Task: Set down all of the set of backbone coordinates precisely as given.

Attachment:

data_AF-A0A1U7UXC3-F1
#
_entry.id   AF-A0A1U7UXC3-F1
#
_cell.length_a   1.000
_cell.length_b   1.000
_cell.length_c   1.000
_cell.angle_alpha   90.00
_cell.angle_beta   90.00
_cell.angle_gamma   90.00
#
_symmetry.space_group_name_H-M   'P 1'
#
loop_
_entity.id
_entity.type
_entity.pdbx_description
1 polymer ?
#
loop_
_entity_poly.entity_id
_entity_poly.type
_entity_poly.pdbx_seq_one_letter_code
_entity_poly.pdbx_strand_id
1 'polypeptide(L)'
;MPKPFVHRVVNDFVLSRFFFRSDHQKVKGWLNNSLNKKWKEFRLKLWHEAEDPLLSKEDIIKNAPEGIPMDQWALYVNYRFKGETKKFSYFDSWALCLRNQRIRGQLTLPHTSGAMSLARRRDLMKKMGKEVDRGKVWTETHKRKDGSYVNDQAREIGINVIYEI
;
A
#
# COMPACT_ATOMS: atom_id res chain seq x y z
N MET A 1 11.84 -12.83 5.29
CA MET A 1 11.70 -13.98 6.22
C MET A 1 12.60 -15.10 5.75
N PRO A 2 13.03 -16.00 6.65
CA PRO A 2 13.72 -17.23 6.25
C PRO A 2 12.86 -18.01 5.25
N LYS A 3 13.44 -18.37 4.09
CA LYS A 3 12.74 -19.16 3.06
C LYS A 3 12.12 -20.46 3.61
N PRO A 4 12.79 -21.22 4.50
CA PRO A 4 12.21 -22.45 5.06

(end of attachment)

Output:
data_AF-A0A1U7UXC3-F1
#
_entry.id   AF-A0A1U7UXC3-F1
#
_cell.length_a   1.000
_cell.length_b   1.000
_cell.length_c   1.000
_cell.angle_alpha   90.00
_cell.angle_beta   90.00
_cell.angle_gamma   90.00
#
_symmetry.space_group_name_H-M   'P 1'
#
loop_
_entity.id
_entity.type
_entity.pdbx_description
1 polymer ?
#
loop_
_entity_poly.entity_id
_entity_poly.type
_entity_poly.pdbx_seq_one_letter_code
_entity_poly.pdbx_strand_id
1 'polypeptide(L)'
;MPKPFVHRVVNDFVLSRFFFRSDHQKVKGWLNNSLNKKWKEFRLKLWHEAEDPLLSKEDIIKNAPEGIPMDQWALYVNYRFKGETKKFSYFDSWALCLRNQRIRGQLTLPHTSGAMSLARRRDLMKKMGKEVDRGKVWTETHKRKDGSYVNDQAREIGINVIYEI
;
A
#
# COMPACT_ATOMS: atom_id res chain seq x y z
N MET A 1 11.84 -12.83 5.29
CA MET A 1 11.70 -13.98 6.22
C MET A 1 12.60 -15.10 5.75
N PRO A 2 13.03 -16.00 6.65
CA PRO A 2 13.72 -17.23 6.25
C PRO A 2 12.86 -18.01 5.25
N LYS A 3 13.44 -18.37 4.09
CA LYS A 3 12.74 -19.16 3.06
C LYS A 3 12.12 -20.46 3.61
N PRO A 4 12.79 -21.22 4.50
CA PRO A 4 12.21 -22.45 5.06